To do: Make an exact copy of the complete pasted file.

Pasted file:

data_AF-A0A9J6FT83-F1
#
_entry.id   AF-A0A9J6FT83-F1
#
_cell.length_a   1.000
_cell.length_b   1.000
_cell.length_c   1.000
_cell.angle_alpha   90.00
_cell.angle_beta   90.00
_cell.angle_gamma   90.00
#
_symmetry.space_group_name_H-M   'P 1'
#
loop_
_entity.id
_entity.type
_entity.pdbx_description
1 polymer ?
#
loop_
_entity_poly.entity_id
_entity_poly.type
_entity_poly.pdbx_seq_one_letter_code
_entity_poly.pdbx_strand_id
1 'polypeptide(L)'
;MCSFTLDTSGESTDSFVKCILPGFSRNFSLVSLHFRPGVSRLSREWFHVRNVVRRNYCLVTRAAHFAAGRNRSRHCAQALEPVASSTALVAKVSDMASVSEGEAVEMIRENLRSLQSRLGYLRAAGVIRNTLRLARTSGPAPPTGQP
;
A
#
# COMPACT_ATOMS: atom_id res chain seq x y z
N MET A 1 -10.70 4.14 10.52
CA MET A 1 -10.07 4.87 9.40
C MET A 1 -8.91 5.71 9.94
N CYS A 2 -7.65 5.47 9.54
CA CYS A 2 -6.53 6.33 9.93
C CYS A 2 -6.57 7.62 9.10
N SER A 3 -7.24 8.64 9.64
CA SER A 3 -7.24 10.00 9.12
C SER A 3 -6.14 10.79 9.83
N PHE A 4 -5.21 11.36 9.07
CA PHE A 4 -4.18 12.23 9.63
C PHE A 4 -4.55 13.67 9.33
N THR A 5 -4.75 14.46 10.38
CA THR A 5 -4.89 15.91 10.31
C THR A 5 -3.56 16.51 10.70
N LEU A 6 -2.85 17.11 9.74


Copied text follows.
data_AF-A0A9J6FT83-F1
#
_entry.id   AF-A0A9J6FT83-F1
#
_cell.length_a   1.000
_cell.length_b   1.000
_cell.length_c   1.000
_cell.angle_alpha   90.00
_cell.angle_beta   90.00
_cell.angle_gamma   90.00
#
_symmetry.space_group_name_H-M   'P 1'
#
loop_
_entity.id
_entity.type
_entity.pdbx_description
1 polymer ?
#
loop_
_entity_poly.entity_id
_entity_poly.type
_entity_poly.pdbx_seq_one_letter_code
_entity_poly.pdbx_strand_id
1 'polypeptide(L)'
;MCSFTLDTSGESTDSFVKCILPGFSRNFSLVSLHFRPGVSRLSREWFHVRNVVRRNYCLVTRAAHFAAGRNRSRHCAQALEPVASSTALVAKVSDMASVSEGEAVEMIRENLRSLQSRLGYLRAAGVIRNTLRLARTSGPAPPTGQP
;
A
#
# COMPACT_ATOMS: atom_id res chain seq x y z
N MET A 1 -10.70 4.14 10.52
CA MET A 1 -10.07 4.87 9.40
C MET A 1 -8.91 5.71 9.94
N CYS A 2 -7.65 5.47 9.54
CA CYS A 2 -6.53 6.33 9.93
C CYS A 2 -6.57 7.62 9.10
N SER A 3 -7.24 8.64 9.64
CA SER A 3 -7.24 10.00 9.12
C SER A 3 -6.14 10.79 9.83
N PHE A 4 -5.21 11.36 9.07
CA PHE A 4 -4.18 12.23 9.63
C PHE A 4 -4.55 13.67 9.33
N THR A 5 -4.75 14.46 10.38
CA THR A 5 -4.89 15.91 10.31
C THR A 5 -3.56 16.51 10.70
N LEU A 6 -2.85 17.11 9.74